Abstract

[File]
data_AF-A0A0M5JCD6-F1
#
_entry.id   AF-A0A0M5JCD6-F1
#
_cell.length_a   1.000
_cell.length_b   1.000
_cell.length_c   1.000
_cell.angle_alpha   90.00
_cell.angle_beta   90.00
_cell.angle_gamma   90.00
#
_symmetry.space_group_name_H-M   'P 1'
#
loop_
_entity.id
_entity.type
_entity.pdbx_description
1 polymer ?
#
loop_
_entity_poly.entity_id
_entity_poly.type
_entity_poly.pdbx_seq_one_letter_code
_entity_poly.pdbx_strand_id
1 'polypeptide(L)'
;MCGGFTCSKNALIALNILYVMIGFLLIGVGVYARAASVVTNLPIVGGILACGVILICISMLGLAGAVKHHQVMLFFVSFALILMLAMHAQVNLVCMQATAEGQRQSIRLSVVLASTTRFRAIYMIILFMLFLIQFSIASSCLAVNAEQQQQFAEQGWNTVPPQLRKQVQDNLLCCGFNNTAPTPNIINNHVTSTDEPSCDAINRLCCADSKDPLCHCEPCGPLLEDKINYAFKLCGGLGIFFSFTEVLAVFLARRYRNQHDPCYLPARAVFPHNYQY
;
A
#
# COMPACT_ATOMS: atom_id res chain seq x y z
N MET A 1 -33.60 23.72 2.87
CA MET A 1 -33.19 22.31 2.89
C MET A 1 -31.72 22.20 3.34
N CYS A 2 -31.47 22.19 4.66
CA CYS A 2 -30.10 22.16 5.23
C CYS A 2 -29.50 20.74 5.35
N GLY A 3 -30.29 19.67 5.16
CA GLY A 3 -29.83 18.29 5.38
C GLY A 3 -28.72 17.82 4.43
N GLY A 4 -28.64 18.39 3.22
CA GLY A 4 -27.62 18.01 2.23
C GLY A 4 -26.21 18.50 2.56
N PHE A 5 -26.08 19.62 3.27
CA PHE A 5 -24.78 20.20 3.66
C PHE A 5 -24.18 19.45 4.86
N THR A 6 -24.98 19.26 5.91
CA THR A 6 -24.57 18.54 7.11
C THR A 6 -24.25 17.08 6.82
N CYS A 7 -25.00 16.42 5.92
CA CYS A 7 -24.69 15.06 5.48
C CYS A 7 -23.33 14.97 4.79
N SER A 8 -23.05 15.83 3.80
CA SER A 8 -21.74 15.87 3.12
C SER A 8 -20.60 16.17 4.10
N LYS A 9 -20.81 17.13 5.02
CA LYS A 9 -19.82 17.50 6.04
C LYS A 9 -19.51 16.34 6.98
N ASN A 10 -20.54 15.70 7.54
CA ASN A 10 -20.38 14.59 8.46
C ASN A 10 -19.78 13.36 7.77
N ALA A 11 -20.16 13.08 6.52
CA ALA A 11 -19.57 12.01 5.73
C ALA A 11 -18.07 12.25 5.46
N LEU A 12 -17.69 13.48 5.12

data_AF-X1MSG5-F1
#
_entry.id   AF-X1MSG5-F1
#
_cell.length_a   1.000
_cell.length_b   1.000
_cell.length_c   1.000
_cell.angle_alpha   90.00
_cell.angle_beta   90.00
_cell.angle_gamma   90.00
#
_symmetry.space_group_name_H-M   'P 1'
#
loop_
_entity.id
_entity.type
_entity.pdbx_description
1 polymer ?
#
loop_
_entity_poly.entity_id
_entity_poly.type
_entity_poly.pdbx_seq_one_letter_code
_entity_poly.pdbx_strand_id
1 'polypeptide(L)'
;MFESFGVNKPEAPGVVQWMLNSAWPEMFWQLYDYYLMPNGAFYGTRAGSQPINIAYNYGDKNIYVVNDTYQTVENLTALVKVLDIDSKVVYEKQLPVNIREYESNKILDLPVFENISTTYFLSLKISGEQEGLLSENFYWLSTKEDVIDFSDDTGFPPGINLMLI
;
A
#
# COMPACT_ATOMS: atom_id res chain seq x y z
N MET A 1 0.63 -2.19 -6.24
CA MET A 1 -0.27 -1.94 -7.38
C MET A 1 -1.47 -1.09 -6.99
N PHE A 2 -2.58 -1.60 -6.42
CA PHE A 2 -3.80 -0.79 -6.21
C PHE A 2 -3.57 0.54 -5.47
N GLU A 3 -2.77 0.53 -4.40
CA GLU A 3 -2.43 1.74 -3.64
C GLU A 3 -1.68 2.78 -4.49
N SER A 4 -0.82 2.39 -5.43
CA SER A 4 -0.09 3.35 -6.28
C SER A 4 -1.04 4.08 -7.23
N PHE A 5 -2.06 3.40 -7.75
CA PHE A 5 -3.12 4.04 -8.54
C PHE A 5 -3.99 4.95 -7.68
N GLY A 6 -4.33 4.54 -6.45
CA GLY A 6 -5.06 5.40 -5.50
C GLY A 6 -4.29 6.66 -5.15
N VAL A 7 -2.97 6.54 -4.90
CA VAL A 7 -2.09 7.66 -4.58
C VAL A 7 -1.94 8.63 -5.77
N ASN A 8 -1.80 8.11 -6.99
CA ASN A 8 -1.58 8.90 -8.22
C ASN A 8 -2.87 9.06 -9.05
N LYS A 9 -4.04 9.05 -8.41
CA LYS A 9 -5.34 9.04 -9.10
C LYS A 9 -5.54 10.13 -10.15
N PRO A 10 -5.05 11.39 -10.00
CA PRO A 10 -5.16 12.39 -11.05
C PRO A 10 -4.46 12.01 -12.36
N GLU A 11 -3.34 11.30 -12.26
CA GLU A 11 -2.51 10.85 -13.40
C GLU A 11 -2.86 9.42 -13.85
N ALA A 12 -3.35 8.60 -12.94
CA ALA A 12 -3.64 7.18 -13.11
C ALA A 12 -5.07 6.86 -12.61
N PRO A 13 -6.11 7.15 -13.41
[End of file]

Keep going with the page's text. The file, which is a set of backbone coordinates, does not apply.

The differential-pressure test is an original, nondestructive, experimental technique for determining incipient buckling pressures of thin shells subjected to external pressure. Extensions of the basic test permit study of many buckling parameters as well as other mechanical factors in thin-shell design and evaluation. The salient feature of the technique is the filling of the internal volume of the shell with a compressible fluid, such as water, to control the magnitude and rate of shell deformation. The incipient buckling pressure is detected by noting the point at which the difference in internal and external pressure becomes constant. Experimental verification of the technique and its nondestructive aspect is presented. Applications and limitations of the test are discussed.

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